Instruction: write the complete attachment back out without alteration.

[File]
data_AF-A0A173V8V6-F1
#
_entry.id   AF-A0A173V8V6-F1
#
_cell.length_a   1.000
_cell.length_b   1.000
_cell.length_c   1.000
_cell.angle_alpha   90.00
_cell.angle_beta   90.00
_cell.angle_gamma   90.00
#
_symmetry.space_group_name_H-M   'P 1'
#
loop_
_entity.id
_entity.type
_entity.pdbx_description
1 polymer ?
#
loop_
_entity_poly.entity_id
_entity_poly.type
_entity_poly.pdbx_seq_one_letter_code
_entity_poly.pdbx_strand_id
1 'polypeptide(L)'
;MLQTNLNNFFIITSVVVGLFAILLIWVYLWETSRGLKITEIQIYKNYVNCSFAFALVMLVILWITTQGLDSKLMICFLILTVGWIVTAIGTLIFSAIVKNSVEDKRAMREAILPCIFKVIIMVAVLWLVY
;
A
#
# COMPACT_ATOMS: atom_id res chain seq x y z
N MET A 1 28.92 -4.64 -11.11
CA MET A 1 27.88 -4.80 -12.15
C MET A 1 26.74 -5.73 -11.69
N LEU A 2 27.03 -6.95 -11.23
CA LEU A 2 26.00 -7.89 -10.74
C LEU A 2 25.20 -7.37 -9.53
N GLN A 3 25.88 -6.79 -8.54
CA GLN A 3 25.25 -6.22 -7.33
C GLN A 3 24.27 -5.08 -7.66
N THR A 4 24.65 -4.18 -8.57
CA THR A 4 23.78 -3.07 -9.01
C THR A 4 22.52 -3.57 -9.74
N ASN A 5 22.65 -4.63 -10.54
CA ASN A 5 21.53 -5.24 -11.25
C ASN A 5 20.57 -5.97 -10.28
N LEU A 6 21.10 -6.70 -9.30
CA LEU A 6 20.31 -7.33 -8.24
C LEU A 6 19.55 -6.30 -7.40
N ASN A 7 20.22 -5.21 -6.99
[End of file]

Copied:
data_AF-A0A173V8V6-F1
#
_entry.id   AF-A0A173V8V6-F1
#
_cell.length_a   1.000
_cell.length_b   1.000
_cell.length_c   1.000
_cell.angle_alpha   90.00
_cell.angle_beta   90.00
_cell.angle_gamma   90.00
#
_symmetry.space_group_name_H-M   'P 1'
#
loop_
_entity.id
_entity.type
_entity.pdbx_description
1 polymer ?
#
loop_
_entity_poly.entity_id
_entity_poly.type
_entity_poly.pdbx_seq_one_letter_code
_entity_poly.pdbx_strand_id
1 'polypeptide(L)'
;MLQTNLNNFFIITSVVVGLFAILLIWVYLWETSRGLKITEIQIYKNYVNCSFAFALVMLVILWITTQGLDSKLMICFLILTVGWIVTAIGTLIFSAIVKNSVEDKRAMREAILPCIFKVIIMVAVLWLVY
;
A
#
# COMPACT_ATOMS: atom_id res chain seq x y z
N MET A 1 28.92 -4.64 -11.11
CA MET A 1 27.88 -4.80 -12.15
C MET A 1 26.74 -5.73 -11.69
N LEU A 2 27.03 -6.95 -11.23
CA LEU A 2 26.00 -7.89 -10.74
C LEU A 2 25.20 -7.37 -9.53
N GLN A 3 25.88 -6.79 -8.54
CA GLN A 3 25.25 -6.22 -7.33
C GLN A 3 24.27 -5.08 -7.66
N THR A 4 24.65 -4.18 -8.57
CA THR A 4 23.78 -3.07 -9.01
C THR A 4 22.52 -3.57 -9.74
N ASN A 5 22.65 -4.63 -10.54
CA ASN A 5 21.53 -5.24 -11.25
C ASN A 5 20.57 -5.97 -10.28
N LEU A 6 21.10 -6.70 -9.30
CA LEU A 6 20.31 -7.33 -8.24
C LEU A 6 19.55 -6.30 -7.40
N ASN A 7 20.22 -5.21 -6.99